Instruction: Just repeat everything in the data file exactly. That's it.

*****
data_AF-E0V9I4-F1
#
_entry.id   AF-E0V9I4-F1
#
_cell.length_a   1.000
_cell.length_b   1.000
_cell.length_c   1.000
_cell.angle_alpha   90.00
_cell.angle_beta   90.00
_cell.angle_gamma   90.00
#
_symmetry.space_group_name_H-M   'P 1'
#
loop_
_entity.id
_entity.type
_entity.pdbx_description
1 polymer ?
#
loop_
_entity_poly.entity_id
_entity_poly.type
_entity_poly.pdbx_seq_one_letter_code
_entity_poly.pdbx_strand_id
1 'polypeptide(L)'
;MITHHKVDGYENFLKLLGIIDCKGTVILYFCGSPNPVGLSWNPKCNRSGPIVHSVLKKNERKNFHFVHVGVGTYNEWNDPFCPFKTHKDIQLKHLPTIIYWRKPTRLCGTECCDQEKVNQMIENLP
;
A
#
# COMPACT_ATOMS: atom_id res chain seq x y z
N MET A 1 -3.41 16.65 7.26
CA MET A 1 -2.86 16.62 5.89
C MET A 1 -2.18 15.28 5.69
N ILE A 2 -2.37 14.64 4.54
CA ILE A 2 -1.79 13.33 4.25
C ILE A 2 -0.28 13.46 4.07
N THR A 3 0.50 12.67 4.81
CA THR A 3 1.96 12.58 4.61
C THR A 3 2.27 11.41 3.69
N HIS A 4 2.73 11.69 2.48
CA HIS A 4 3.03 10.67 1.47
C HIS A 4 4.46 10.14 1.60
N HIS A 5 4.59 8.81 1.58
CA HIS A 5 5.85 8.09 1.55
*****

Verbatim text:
data_AF-E0V9I4-F1
#
_entry.id   AF-E0V9I4-F1
#
_cell.length_a   1.000
_cell.length_b   1.000
_cell.length_c   1.000
_cell.angle_alpha   90.00
_cell.angle_beta   90.00
_cell.angle_gamma   90.00
#
_symmetry.space_group_name_H-M   'P 1'
#
loop_
_entity.id
_entity.type
_entity.pdbx_description
1 polymer ?
#
loop_
_entity_poly.entity_id
_entity_poly.type
_entity_poly.pdbx_seq_one_letter_code
_entity_poly.pdbx_strand_id
1 'polypeptide(L)'
;MITHHKVDGYENFLKLLGIIDCKGTVILYFCGSPNPVGLSWNPKCNRSGPIVHSVLKKNERKNFHFVHVGVGTYNEWNDPFCPFKTHKDIQLKHLPTIIYWRKPTRLCGTECCDQEKVNQMIENLP
;
A
#
# COMPACT_ATOMS: atom_id res chain seq x y z
N MET A 1 -3.41 16.65 7.26
CA MET A 1 -2.86 16.62 5.89
C MET A 1 -2.18 15.28 5.69
N ILE A 2 -2.37 14.64 4.54
CA ILE A 2 -1.79 13.33 4.25
C ILE A 2 -0.28 13.46 4.07
N THR A 3 0.50 12.67 4.81
CA THR A 3 1.96 12.58 4.61
C THR A 3 2.27 11.41 3.69
N HIS A 4 2.73 11.69 2.48
CA HIS A 4 3.03 10.67 1.47
C HIS A 4 4.46 10.14 1.60
N HIS A 5 4.59 8.81 1.58
CA HIS A 5 5.85 8.09 1.55